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Blogging The Status Quo

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If ever you’ve taken a course in media, communication, or journalism, then it was impossible to escape the phrase, “the media tells people not what to think, but what to think about.” With the advent of broadband, the weblog and other citizen journalism outlets, that fundamental tenet of media theory may reverse itself.

“The media industry has changed more in the past 8 years than in the previous 80 because of broadband,” Reuters executive and journalism veteran Dean Wright told John Burke at The Editor’s Weblog.

Indeed it has changed and is changing as consumer generated content lights up the eyes of Yahoo!, Google, AOL, among many, many others. People are reversing the classic agenda setting power of the media by creating their own agenda and thereby telling the media (and advertisers too) what to think about instead.

AOL’s purchase of Weblogs Inc., a reported $25 million investment, shows the e-commerce world’s faith in citizen journalism. The blogosphere is fast-paced and analytical, more editorial than journalistic, and most importantly the weblog style is engaging with a personal feel-almost like an online, real-time text soap opera.

And it’s not just that e-marketers understand the appeal of bull’s eye targeted advertising (or even the unscrupulous practice of faux weblogging to generate product buzz), but also that the personal account of world and local events accomplishes something very important-a relationship with the reader.

The same communication professors that teach us about agenda setting theory, also weave tales of grandmothers who form imaginary personal relationships with soap opera stars and media figures, and mothers hoping their sons grow up to be Tom Brokaw.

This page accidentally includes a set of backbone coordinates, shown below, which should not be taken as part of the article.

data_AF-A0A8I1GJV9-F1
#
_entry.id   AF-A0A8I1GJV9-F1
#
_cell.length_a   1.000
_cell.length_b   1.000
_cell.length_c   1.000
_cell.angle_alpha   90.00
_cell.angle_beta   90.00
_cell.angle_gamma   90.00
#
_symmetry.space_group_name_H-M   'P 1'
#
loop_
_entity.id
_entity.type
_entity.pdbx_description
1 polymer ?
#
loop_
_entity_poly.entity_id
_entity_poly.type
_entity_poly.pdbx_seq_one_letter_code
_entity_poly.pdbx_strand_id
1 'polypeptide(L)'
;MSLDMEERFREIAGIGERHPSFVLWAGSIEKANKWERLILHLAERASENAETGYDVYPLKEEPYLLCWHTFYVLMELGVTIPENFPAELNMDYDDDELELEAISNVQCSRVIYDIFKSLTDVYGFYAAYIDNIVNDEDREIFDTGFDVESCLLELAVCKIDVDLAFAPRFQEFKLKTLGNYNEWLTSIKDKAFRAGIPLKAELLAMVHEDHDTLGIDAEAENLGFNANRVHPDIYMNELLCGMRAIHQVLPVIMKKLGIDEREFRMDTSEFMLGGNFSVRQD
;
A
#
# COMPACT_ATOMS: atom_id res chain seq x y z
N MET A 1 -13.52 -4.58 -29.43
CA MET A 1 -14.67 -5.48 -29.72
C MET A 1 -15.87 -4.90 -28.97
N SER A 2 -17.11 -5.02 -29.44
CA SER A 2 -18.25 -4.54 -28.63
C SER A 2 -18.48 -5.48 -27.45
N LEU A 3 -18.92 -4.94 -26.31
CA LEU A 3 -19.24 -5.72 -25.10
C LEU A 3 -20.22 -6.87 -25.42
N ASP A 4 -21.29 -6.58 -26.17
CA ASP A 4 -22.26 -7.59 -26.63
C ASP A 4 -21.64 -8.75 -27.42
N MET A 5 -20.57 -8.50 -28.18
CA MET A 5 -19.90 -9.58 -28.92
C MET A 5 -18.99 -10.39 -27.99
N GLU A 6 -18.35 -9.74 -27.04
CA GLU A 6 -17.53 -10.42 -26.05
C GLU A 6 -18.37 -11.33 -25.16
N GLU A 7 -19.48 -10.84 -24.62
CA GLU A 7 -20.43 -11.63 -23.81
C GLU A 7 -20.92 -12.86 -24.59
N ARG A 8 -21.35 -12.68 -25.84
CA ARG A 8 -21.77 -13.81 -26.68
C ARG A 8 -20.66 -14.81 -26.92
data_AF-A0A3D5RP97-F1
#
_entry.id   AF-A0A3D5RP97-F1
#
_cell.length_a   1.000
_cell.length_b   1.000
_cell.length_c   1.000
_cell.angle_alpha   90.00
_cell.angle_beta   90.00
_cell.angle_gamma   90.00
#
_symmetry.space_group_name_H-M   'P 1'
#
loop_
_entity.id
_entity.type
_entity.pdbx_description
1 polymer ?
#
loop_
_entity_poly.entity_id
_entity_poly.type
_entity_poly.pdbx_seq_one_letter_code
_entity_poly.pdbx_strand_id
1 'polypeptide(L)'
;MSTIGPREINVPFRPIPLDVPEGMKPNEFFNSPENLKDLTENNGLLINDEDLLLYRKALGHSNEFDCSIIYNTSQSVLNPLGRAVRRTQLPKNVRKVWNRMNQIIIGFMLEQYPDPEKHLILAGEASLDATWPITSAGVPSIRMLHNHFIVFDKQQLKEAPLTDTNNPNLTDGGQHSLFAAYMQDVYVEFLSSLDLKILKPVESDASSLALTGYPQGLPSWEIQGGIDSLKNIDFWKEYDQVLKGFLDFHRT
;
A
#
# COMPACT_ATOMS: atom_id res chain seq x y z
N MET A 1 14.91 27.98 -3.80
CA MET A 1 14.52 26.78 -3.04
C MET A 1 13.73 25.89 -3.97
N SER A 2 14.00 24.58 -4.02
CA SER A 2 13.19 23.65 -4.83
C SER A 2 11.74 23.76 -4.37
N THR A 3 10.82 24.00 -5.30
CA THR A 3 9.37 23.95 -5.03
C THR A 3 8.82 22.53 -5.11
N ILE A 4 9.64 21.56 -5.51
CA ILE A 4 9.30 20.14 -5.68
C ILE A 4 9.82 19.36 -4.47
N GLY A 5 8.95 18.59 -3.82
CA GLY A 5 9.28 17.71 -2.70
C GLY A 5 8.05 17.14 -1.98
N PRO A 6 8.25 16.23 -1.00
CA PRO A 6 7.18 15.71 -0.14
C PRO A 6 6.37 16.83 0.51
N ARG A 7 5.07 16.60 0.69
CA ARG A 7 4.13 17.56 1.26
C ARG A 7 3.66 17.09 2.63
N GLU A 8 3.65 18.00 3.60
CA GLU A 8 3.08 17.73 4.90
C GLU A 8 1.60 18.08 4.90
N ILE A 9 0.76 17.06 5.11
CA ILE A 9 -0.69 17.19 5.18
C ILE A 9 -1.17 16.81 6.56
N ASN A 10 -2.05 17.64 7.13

Comment sections and instantaneous email correspondence will do nothing short of strengthening these over-the-airwaves (once the Internet goes wireless) relationships. And that provides something all advertisers want-return visitors.

The most interesting paradox of citizen journalism is that in the traditional media realms where news sources are held to an ideal of impartiality, bloggers have no such responsibility and aren’t really expected to. A newspaper will lose readers once the paper is perceived to be slanted one way or the other. Those same readers may not hold citizen journalists to the same standards. If a blogger’s too liberal, it’s easy to find a more conservative one.

If the weblog is a fad, as many suspect, the big Internet and media players like the Washington Post and MSN are wasting tremendous amounts of money investing in it.

This doesn’t mean the mainstream (read here, traditional) media is obsolete-just that it will have to change to survive in the 21st century to embrace online content and even create its own. And overall, in a true egalitarian (or if you’d rather, utopian) sense, that is good news for everybody-readers, town criers, newspapers, search engines, and advertisers.

Blogging The Status Quo
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